Trust Terms
An APT is a trust vehicle that holds an individual's assets with the purpose of shielding them from creditors. APTs offer the strongest protection from creditors, lawsuits, or any judgements against your estate.
A blind trust is established by the owner giving another party full control of the trust. The trustee has full discretion over the assets and investments while being charged with managing them and any income generated in the trust.
A charitable remainder trust is an irrevocable, tax exempt, "split-interest" giving vehicle that enables people to pursue philanthropic goals while still generating income.
A CRUT is an irrevocable, tax-exempt trust that generates income and provides donations to a chosen charity. They are often used to reduce taxable income, avoid capital gains taxes, and take an immediate partial income tax deduction.
CSTs are designed to allow affluent couples to reduce or avoid estate taxes when passing assets to heirs. CSTs are created upon a married individual's death and funded through the estate
A GST is a legally binding trust agreement in which the assets are passed down to the grantor's grandchildren. By passing over the grantor's children, the assets avoid estate taxes that would apply had the grantor's children inherited the assets.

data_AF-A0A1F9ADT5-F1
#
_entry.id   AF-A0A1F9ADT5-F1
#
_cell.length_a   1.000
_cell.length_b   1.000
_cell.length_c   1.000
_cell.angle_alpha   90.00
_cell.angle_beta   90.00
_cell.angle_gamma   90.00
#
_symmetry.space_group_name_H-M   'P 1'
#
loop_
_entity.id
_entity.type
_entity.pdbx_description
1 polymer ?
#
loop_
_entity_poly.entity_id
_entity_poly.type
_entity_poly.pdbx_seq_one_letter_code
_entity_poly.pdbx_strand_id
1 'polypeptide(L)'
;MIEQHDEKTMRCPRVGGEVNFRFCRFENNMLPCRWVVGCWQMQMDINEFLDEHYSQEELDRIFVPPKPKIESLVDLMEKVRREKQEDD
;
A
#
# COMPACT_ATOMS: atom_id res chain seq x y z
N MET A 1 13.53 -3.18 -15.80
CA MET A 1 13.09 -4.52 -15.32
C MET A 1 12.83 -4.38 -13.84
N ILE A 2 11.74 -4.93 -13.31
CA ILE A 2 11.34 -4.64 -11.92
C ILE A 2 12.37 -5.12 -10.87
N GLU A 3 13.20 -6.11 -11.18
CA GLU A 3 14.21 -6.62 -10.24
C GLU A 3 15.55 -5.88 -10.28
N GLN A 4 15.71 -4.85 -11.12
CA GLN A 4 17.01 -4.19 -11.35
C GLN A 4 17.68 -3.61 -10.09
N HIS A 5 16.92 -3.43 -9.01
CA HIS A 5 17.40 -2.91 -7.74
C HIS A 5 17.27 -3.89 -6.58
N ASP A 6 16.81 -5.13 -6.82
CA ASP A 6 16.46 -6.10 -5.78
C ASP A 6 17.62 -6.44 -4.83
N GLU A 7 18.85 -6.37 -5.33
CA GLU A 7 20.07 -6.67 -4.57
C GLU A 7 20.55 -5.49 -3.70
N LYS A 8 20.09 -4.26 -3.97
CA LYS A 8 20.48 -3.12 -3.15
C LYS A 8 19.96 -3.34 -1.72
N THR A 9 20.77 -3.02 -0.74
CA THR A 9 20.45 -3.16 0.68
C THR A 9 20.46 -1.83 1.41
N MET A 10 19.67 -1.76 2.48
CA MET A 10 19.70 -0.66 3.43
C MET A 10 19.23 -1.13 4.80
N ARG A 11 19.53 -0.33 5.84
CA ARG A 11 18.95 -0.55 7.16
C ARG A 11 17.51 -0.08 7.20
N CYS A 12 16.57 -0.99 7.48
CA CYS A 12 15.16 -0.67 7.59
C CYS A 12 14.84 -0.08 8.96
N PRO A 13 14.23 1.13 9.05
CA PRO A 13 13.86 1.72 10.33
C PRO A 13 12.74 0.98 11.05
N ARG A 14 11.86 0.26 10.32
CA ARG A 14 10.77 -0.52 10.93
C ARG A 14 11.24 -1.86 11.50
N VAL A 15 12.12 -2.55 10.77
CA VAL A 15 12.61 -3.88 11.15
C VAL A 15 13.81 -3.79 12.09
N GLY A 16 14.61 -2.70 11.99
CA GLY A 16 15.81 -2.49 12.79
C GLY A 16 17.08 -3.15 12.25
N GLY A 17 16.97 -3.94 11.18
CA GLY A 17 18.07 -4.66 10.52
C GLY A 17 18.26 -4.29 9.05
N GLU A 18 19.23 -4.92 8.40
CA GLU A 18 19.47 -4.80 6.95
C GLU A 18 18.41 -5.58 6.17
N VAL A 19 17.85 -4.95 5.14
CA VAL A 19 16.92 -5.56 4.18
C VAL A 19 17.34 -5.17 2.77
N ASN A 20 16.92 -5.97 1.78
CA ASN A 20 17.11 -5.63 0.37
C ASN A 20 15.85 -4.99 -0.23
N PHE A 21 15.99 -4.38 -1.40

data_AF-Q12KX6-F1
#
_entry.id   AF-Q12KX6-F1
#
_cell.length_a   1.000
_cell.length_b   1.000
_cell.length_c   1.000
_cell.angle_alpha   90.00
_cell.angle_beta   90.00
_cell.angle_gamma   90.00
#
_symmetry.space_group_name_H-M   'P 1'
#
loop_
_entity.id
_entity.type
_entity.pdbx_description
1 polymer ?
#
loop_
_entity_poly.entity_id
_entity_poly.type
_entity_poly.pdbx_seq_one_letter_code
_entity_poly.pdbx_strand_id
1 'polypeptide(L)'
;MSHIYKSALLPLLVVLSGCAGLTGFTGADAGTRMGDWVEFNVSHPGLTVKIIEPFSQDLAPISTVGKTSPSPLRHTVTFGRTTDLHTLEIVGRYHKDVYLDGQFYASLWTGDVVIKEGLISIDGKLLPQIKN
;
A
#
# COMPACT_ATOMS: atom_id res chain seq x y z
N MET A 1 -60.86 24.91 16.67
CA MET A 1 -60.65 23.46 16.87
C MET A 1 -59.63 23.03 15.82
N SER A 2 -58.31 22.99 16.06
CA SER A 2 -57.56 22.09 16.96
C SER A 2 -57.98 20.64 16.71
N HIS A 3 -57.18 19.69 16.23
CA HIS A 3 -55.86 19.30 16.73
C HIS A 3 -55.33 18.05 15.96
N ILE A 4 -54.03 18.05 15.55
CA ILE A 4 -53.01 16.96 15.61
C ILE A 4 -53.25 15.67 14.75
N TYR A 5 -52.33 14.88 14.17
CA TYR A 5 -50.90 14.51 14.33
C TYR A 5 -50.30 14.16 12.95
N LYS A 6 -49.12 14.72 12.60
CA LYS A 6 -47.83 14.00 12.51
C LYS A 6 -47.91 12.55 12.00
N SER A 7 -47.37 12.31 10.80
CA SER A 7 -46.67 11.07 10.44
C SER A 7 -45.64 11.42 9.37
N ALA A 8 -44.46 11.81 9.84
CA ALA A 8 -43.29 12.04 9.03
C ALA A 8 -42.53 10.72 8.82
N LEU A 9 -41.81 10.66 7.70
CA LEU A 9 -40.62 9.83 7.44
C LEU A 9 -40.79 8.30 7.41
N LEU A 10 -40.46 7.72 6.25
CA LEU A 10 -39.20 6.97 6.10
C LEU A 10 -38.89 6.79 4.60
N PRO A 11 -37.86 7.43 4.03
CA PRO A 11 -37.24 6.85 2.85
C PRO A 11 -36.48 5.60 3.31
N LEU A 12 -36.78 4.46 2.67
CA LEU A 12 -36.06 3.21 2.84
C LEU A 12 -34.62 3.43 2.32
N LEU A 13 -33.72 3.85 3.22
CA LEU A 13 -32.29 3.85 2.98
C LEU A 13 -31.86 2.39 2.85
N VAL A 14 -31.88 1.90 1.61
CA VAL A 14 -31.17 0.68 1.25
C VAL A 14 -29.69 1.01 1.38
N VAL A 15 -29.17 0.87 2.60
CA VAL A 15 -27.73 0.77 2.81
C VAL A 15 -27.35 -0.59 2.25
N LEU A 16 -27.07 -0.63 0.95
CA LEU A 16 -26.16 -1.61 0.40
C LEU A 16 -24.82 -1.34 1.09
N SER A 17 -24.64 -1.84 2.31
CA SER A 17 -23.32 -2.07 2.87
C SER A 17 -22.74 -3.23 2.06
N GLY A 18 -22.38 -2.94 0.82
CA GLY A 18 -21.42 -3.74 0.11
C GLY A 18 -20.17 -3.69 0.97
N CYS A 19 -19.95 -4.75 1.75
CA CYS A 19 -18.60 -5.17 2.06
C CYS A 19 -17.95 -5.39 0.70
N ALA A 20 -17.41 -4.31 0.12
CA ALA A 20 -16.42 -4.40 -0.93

A grantor is an individual or other entity that creates a trust and legally transfers control of those assets to a trustee who manages it for one or more beneficiaries.
An ILIT is an irrevocable trust set up with a life insurance policy as the asset, allowing the grantor of the policy to exempt assets away from their taxable estate.
An irrevocable trust is one that cannot be modified, amended, or terminated without the permission of the grantor's beneficiary. With an irrevocable trust, the assets are moved from the grantor's control and name to that of the beneficiary.
A living trust is a legal arrangement established by the individual during their lifetime to protect their assets and create specific asset distribution plans for when the individual dies.
A QTIP trust enables the grantor to provide for a surviving spouse and maintain control of how the trust's assets are distributed once the surviving spouse dies. Income generated from the trust, and sometime the principal, is given to surviving spouse to ensure that the spouse is taken care of for the rest of their life.
The provisions within a revocable trust may be altered or canceled depending on the wishes of the grantor or the originator of the trust. During the life of the trust, income earned is distributed to the grantor, and only after death does property transfer to the beneficiaries.
A special needs trust is a legal arrangement and fiduciary relationship that allows a disabled or chronically ill person to receive income without reducing their eligibility for SSI or Medicaid.
A testamentary trust is one that is established in accordance with the instructions contained in a last will and testament. These trusts provide instructions for the distribution of assets within a decendent's estate.
A trustee is a person or firm that holds and administers property or assets for the benefit of a third party. A trustee may be appointed for various purposes, such as bankruptcy, certain types of retirement plans, or to manage assets for somone.

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